From cleaner to PhD graduate: Mervyn Coetzee overcame mocking and poverty

05 May 2021 - 07:52
Mervyn Coetzee graduates on Wednesday with a PhD in Education: Language and Literacy.
Mervyn Coetzee graduates on Wednesday with a PhD in Education: Language and Literacy.
Image: Supplied:University of the Western Cape

From being a pool cleaner to obtaining a PhD, Mervyn Coetzee, who graduates on Wednesday at the University of the Western Cape (UWC), said it will be a  “celebration of the Coetzee family and their resilience”.

Coetzee said he would like to inspire others to also overcome their insecurities and personal challenges to fulfil their dreams.

“I want to go on and share with the world the power of saying ‘yes’,” he said.

At his celebration, the guest of honour will be Mervyn’s mother, Joan Coetzee, who turns 81 in July, and who raised him and his five siblings alone in the gangster-ridden suburb of Bonteheuwel after their father died in 1974.

From a poverty-stricken family, Coetzee worked as a casual cleaner at the Sea Point Pavilion to bring in extra money.

His sisters left school to work in factories in Epping.

Coetzee recalls standing outside the local fish shop in the hope of being given a few “kaiyangs” (clumps of batter) at the end of the day, which he would share with the family as supper. If they were lucky, there would be a few pieces of fish attached. 

Born with two thumbs on each hand, Coetzee had to endure teasing from his peers who called him derogatory names.

Coetzee said it was the humiliation he felt because of his appearance that helped him understand the insecurities and fears of his students, and that would later form the premise of his thesis on trauma in learning and teaching.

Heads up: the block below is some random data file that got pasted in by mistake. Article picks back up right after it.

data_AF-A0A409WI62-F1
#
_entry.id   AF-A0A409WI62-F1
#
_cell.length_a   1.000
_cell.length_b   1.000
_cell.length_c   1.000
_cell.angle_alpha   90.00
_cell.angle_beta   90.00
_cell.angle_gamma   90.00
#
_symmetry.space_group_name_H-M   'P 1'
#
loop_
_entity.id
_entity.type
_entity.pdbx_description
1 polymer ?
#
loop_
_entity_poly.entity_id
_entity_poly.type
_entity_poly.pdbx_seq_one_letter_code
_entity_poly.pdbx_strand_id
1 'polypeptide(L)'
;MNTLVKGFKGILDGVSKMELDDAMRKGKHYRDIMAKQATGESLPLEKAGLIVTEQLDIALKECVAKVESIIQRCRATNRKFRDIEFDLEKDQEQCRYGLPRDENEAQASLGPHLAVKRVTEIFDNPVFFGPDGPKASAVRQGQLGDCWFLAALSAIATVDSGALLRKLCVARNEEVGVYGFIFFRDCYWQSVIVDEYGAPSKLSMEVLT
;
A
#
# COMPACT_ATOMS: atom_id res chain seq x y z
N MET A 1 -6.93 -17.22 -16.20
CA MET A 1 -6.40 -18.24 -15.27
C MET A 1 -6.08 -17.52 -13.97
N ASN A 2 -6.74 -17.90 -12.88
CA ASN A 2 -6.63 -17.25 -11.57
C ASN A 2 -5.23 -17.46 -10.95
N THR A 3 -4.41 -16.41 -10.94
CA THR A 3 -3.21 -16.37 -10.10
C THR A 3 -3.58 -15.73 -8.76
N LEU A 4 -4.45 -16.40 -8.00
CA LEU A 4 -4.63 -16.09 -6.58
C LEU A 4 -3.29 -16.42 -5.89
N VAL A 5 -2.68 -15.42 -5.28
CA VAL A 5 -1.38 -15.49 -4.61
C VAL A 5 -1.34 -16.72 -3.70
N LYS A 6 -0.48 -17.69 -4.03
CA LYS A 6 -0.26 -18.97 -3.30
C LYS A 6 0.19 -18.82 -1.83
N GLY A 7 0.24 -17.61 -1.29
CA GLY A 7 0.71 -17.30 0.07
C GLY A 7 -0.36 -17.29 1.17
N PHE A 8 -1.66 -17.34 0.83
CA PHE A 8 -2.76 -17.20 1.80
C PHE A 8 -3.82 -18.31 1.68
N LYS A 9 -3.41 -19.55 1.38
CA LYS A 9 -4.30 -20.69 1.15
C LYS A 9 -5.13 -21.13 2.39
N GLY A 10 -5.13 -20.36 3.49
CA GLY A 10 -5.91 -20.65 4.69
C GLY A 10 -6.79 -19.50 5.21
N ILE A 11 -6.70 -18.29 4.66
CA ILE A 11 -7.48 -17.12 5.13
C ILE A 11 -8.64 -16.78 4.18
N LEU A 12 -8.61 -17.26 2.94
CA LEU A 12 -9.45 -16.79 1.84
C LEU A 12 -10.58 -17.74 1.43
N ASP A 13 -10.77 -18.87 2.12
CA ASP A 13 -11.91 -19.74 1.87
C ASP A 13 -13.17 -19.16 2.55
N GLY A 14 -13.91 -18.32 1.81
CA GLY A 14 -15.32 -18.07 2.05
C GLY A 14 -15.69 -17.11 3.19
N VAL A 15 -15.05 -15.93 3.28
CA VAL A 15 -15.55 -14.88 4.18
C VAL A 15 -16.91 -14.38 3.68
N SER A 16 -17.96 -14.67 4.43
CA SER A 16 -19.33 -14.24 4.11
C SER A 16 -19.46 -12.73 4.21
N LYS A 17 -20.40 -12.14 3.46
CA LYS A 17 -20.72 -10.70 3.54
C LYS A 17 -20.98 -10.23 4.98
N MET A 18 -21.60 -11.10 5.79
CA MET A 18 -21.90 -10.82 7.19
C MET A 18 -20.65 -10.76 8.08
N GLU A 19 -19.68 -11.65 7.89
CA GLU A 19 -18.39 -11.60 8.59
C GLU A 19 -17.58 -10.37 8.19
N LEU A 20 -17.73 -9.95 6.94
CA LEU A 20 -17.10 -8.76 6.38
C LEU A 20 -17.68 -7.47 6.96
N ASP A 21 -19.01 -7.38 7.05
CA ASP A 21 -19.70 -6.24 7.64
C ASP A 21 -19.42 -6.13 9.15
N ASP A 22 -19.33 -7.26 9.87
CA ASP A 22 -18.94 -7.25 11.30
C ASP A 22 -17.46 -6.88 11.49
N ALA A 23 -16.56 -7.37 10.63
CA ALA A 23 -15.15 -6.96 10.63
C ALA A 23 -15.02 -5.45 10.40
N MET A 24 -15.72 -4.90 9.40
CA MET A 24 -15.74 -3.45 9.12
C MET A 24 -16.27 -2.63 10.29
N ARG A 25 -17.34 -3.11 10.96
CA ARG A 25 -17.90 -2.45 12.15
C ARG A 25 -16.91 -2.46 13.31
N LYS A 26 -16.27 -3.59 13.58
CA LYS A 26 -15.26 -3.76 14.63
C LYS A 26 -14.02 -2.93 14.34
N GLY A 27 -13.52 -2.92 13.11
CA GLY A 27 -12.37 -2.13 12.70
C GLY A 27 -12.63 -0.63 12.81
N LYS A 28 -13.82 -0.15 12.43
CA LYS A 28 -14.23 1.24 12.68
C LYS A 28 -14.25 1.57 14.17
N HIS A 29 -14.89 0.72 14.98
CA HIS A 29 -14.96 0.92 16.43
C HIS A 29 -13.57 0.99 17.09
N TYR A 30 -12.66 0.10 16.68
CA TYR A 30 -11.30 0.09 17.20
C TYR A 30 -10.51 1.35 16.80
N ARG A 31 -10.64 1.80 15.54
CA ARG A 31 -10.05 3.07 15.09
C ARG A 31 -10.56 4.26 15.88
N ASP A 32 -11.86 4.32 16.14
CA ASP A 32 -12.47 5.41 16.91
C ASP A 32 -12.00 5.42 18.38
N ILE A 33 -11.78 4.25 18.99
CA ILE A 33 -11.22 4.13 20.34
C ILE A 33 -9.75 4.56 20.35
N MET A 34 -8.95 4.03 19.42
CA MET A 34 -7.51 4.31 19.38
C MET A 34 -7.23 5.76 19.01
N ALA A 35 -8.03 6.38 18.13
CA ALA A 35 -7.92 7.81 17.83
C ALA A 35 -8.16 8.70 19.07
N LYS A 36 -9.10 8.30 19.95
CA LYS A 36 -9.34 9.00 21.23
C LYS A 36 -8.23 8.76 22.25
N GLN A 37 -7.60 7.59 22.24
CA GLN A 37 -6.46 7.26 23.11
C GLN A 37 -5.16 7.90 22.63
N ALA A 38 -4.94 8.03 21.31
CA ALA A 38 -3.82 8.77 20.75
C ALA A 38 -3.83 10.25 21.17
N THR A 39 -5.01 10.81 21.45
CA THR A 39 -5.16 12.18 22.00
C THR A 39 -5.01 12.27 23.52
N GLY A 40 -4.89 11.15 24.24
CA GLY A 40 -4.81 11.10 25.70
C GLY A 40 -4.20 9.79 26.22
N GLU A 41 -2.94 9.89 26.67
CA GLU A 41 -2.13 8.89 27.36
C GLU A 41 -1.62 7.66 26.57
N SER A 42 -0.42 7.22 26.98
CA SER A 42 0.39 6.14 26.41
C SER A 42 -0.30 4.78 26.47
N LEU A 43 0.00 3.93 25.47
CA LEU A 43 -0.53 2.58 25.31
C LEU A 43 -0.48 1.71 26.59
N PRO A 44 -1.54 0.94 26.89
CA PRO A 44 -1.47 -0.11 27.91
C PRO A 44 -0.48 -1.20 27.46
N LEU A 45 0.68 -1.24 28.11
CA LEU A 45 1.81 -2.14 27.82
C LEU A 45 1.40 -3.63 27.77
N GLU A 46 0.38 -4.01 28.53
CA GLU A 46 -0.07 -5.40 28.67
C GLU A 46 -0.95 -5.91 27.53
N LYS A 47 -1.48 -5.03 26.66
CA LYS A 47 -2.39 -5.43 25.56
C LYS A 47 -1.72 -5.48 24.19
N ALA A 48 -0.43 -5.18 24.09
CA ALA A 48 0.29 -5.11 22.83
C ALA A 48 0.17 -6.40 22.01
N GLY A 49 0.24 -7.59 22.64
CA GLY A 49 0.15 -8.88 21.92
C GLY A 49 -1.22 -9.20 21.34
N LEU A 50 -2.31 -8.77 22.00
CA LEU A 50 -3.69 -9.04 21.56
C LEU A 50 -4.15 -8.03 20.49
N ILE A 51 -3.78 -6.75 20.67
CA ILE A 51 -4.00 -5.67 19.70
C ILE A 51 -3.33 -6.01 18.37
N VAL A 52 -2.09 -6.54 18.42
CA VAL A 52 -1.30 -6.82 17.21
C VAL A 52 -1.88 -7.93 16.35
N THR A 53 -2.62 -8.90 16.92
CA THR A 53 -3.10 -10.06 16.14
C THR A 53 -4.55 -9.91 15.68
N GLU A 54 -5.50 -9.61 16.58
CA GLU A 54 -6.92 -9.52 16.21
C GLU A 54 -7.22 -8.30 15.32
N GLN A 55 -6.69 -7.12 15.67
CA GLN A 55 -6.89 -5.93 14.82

He admits he was not a brilliant student “by any means”.

When he failed his mid-year exams in Grade 10, he wanted to drop out of school but his older brother intervened, saying one of the family had to complete matric.

He managed to complete school in 1984.

Four years later, a girlfriend encouraged him to apply to study at UWC but his application was rejected.

“This is where the story changed,” he said.

A chance encounter with a peer facilitator, Niel van den Heever from Namaqualand, created an opportunity for further education at UWC, but first he had to secure the funding he needed to register. 

After several unsuccessful attempts to get financial support close to home, Coetzee decided to approach the department of education, then located in Roeland Street.

Although applicants usually have to apply at least 10 months in advance, a serendipitous meeting with an inspector there, who encouraged him to “go do something with your life”, set Coetzee on the path to registering for a degree and he completed a BA in English and Philosophy.  

Coetzee said the fact that someone had taken a chance on him, saying “yes” instead of referring him to another department or person, was life-changing.

It is in my DNA to be solutions-driven
Mervyn Coetzee

“I am wired and excited to find ways of saying ‘yes’ to people. It is in my DNA to be solutions-driven.” He said.

He went on to complete an Honours degree in English and several years later a Masters in English Literature.

Coetzee spent the 1990s at the Cape Peninsula University of Technology, UWC and University of Cape Town in various capacities — tutor, writing consultant and lecturer. He was one of the  lecturers to teach in UWC’s first BEd. Foundation Phase degree. He is now working as the academic review specialist in UWC’s Academic Planning Unit.

He also taught in the US, where he lived for several years.  

He took a job as a tutor at UWC’s English for Educational Development unit when he first encountered what would become the crux of his seminal PhD research — students’ reticence to speak aloud in class.

He spent 18 months in Dublin, Ireland and initially enrolled for a PhD in Linguistics. At the advice of his Irish supervisor, he later switched to a PhD in Education so he could investigate students’ personal narratives. He found, during his time as a tutor, that students were able to write about themselves and their experiences of social injustice in a “very deep way”. 

Coetzee’s thesis is titled “Trauma, Injustice and Identity: Investigating an Egalitarian and Autoethnographic Approach to Analysing Students’ Personal Language Narratives”. 

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